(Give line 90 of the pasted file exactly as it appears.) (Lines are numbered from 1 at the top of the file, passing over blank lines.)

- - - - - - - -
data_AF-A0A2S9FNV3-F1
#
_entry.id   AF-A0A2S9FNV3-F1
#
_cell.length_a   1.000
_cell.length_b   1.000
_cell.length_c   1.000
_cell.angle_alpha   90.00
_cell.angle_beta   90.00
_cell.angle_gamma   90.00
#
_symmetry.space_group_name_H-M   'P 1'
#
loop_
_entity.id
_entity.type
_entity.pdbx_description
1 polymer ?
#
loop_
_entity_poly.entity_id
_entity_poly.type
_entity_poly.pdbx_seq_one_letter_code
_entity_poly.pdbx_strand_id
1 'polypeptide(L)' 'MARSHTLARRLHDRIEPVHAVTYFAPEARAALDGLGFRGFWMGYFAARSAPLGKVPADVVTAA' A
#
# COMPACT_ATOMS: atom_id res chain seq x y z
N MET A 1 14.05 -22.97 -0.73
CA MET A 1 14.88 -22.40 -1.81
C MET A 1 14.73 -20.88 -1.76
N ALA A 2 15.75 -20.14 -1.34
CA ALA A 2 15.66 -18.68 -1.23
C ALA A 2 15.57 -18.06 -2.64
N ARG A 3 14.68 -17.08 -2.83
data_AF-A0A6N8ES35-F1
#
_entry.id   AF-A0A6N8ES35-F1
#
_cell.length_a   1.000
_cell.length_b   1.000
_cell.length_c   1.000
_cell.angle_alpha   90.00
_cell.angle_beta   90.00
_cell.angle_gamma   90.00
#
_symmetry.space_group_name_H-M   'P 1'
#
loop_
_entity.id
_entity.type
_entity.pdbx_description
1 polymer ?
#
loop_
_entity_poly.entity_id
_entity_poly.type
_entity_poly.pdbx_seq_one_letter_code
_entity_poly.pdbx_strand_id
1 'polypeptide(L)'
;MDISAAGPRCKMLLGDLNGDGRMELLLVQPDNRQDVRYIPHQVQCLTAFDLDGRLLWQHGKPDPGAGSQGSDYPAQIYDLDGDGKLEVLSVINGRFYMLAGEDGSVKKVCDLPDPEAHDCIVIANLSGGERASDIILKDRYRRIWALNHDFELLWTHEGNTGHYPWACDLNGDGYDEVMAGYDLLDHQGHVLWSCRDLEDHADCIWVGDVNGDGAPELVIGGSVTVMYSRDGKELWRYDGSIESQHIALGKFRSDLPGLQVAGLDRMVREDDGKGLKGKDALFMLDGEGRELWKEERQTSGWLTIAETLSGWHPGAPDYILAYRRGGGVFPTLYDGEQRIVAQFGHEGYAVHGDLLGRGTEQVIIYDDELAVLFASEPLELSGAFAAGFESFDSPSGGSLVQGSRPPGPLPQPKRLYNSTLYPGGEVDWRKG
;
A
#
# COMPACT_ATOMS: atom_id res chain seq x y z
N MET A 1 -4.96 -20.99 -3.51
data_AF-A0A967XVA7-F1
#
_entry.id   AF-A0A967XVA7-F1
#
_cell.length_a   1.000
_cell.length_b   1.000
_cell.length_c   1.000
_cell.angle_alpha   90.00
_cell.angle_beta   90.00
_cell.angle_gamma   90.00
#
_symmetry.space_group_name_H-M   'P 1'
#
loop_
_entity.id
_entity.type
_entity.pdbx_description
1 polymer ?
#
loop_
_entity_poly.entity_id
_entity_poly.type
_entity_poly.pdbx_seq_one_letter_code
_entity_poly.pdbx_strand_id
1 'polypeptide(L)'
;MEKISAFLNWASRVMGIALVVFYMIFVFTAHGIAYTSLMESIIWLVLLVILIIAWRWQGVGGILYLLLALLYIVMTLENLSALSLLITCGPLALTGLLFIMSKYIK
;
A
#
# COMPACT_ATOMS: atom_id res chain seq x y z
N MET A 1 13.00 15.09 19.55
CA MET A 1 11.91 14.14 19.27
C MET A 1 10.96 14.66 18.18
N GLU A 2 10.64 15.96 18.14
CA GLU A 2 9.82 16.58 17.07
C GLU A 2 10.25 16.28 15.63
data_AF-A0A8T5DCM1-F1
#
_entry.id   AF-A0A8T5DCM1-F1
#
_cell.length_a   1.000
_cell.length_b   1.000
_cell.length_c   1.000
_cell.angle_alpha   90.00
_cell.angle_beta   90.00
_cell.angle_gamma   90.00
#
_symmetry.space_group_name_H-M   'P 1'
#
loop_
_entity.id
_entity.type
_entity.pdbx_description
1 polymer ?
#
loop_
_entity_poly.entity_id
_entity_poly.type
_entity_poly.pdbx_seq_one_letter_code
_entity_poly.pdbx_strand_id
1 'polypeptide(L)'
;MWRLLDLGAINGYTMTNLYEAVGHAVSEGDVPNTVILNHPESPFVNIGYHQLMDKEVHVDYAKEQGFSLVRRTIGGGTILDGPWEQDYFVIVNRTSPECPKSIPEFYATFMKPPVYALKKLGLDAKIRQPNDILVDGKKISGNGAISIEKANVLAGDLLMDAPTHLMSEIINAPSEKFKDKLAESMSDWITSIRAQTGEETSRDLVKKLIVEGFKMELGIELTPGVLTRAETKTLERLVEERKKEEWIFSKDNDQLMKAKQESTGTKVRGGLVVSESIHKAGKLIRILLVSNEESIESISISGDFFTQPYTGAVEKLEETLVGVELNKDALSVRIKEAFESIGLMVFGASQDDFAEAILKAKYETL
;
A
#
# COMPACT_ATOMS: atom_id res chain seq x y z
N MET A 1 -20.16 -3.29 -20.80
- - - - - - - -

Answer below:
1 'polypeptide(L)'